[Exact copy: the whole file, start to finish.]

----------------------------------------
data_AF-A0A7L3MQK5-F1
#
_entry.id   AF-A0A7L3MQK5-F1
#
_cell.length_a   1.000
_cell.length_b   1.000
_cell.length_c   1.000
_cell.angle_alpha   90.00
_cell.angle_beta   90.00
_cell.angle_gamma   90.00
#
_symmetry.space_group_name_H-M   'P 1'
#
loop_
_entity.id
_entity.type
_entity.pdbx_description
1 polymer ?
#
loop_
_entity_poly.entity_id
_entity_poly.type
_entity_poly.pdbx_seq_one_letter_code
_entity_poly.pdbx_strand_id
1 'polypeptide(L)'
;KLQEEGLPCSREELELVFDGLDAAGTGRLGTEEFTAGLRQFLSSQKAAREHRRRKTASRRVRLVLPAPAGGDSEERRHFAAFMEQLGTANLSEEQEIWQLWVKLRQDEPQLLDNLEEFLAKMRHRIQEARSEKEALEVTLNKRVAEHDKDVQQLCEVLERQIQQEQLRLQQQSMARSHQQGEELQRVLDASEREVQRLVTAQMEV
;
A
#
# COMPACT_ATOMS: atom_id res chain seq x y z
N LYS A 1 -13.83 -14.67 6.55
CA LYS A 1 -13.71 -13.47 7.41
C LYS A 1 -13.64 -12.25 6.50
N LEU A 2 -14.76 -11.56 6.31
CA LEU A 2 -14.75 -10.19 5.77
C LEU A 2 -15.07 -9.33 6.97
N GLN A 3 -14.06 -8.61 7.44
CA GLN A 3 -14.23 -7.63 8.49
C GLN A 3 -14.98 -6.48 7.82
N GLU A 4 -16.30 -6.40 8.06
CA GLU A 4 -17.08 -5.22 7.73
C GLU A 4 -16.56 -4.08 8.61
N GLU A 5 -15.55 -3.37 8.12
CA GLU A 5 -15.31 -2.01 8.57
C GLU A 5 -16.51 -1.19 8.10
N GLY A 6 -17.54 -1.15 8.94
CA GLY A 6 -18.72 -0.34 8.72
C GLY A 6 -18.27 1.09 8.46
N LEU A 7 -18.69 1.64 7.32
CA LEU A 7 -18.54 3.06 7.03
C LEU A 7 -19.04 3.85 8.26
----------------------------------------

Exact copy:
data_AF-A0A7L3MQK5-F1
#
_entry.id   AF-A0A7L3MQK5-F1
#
_cell.length_a   1.000
_cell.length_b   1.000
_cell.length_c   1.000
_cell.angle_alpha   90.00
_cell.angle_beta   90.00
_cell.angle_gamma   90.00
#
_symmetry.space_group_name_H-M   'P 1'
#
loop_
_entity.id
_entity.type
_entity.pdbx_description
1 polymer ?
#
loop_
_entity_poly.entity_id
_entity_poly.type
_entity_poly.pdbx_seq_one_letter_code
_entity_poly.pdbx_strand_id
1 'polypeptide(L)'
;KLQEEGLPCSREELELVFDGLDAAGTGRLGTEEFTAGLRQFLSSQKAAREHRRRKTASRRVRLVLPAPAGGDSEERRHFAAFMEQLGTANLSEEQEIWQLWVKLRQDEPQLLDNLEEFLAKMRHRIQEARSEKEALEVTLNKRVAEHDKDVQQLCEVLERQIQQEQLRLQQQSMARSHQQGEELQRVLDASEREVQRLVTAQMEV
;
A
#
# COMPACT_ATOMS: atom_id res chain seq x y z
N LYS A 1 -13.83 -14.67 6.55
CA LYS A 1 -13.71 -13.47 7.41
C LYS A 1 -13.64 -12.25 6.50
N LEU A 2 -14.76 -11.56 6.31
CA LEU A 2 -14.75 -10.19 5.77
C LEU A 2 -15.07 -9.33 6.97
N GLN A 3 -14.06 -8.61 7.44
CA GLN A 3 -14.23 -7.63 8.49
C GLN A 3 -14.98 -6.48 7.82
N GLU A 4 -16.30 -6.40 8.06
CA GLU A 4 -17.08 -5.22 7.73
C GLU A 4 -16.56 -4.08 8.61
N GLU A 5 -15.55 -3.37 8.12
CA GLU A 5 -15.31 -2.01 8.57
C GLU A 5 -16.51 -1.19 8.10
N GLY A 6 -17.54 -1.15 8.94
CA GLY A 6 -18.72 -0.34 8.72
C GLY A 6 -18.27 1.09 8.46
N LEU A 7 -18.69 1.64 7.32
CA LEU A 7 -18.54 3.06 7.03
C LEU A 7 -19.04 3.85 8.26